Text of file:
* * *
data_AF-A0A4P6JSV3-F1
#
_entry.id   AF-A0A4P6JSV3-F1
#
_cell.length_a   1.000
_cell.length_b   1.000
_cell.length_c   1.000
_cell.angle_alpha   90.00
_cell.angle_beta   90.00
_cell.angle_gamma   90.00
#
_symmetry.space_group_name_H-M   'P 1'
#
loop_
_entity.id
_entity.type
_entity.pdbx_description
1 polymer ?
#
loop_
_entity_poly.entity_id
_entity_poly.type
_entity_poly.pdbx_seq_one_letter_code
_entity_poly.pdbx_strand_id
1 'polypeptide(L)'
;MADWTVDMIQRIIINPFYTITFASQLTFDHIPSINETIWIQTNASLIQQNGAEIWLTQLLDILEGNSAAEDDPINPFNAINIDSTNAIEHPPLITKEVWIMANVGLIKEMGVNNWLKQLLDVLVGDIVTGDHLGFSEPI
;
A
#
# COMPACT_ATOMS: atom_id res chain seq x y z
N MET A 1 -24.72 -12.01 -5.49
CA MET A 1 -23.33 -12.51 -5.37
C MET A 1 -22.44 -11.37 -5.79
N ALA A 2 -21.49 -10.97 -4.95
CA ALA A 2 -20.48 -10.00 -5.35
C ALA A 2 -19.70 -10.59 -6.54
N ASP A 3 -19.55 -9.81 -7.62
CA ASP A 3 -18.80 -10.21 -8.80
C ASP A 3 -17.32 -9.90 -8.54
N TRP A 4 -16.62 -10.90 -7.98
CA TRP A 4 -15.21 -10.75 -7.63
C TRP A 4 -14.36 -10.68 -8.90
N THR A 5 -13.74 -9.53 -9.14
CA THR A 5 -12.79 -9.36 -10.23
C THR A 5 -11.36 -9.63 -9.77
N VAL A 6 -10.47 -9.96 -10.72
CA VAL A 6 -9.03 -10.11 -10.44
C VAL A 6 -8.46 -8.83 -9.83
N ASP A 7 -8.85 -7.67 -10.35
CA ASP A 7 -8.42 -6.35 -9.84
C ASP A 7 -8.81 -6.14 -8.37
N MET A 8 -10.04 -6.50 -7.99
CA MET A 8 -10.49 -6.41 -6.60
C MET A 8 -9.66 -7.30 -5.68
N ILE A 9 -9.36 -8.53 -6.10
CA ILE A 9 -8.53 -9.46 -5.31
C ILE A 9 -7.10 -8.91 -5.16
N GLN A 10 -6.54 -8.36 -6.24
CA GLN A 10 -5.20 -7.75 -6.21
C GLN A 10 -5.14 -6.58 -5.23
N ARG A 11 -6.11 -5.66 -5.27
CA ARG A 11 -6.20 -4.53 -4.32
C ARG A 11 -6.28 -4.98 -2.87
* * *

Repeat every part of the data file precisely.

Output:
data_AF-A0A4P6JSV3-F1
#
_entry.id   AF-A0A4P6JSV3-F1
#
_cell.length_a   1.000
_cell.length_b   1.000
_cell.length_c   1.000
_cell.angle_alpha   90.00
_cell.angle_beta   90.00
_cell.angle_gamma   90.00
#
_symmetry.space_group_name_H-M   'P 1'
#
loop_
_entity.id
_entity.type
_entity.pdbx_description
1 polymer ?
#
loop_
_entity_poly.entity_id
_entity_poly.type
_entity_poly.pdbx_seq_one_letter_code
_entity_poly.pdbx_strand_id
1 'polypeptide(L)'
;MADWTVDMIQRIIINPFYTITFASQLTFDHIPSINETIWIQTNASLIQQNGAEIWLTQLLDILEGNSAAEDDPINPFNAINIDSTNAIEHPPLITKEVWIMANVGLIKEMGVNNWLKQLLDVLVGDIVTGDHLGFSEPI
;
A
#
# COMPACT_ATOMS: atom_id res chain seq x y z
N MET A 1 -24.72 -12.01 -5.49
CA MET A 1 -23.33 -12.51 -5.37
C MET A 1 -22.44 -11.37 -5.79
N ALA A 2 -21.49 -10.97 -4.95
CA ALA A 2 -20.48 -10.00 -5.35
C ALA A 2 -19.70 -10.59 -6.54
N ASP A 3 -19.55 -9.81 -7.62
CA ASP A 3 -18.80 -10.21 -8.80
C ASP A 3 -17.32 -9.90 -8.54
N TRP A 4 -16.62 -10.90 -7.98
CA TRP A 4 -15.21 -10.75 -7.63
C TRP A 4 -14.36 -10.68 -8.90
N THR A 5 -13.74 -9.53 -9.14
CA THR A 5 -12.79 -9.36 -10.23
C THR A 5 -11.36 -9.63 -9.77
N VAL A 6 -10.47 -9.96 -10.72
CA VAL A 6 -9.03 -10.11 -10.44
C VAL A 6 -8.46 -8.83 -9.83
N ASP A 7 -8.85 -7.67 -10.35
CA ASP A 7 -8.42 -6.35 -9.84
C ASP A 7 -8.81 -6.14 -8.37
N MET A 8 -10.04 -6.50 -7.99
CA MET A 8 -10.49 -6.41 -6.60
C MET A 8 -9.66 -7.30 -5.68
N ILE A 9 -9.36 -8.53 -6.10
CA ILE A 9 -8.53 -9.46 -5.31
C ILE A 9 -7.10 -8.91 -5.16
N GLN A 10 -6.54 -8.36 -6.24
CA GLN A 10 -5.20 -7.75 -6.21
C GLN A 10 -5.14 -6.58 -5.23
N ARG A 11 -6.11 -5.66 -5.27
CA ARG A 11 -6.20 -4.53 -4.32
C ARG A 11 -6.28 -4.98 -2.87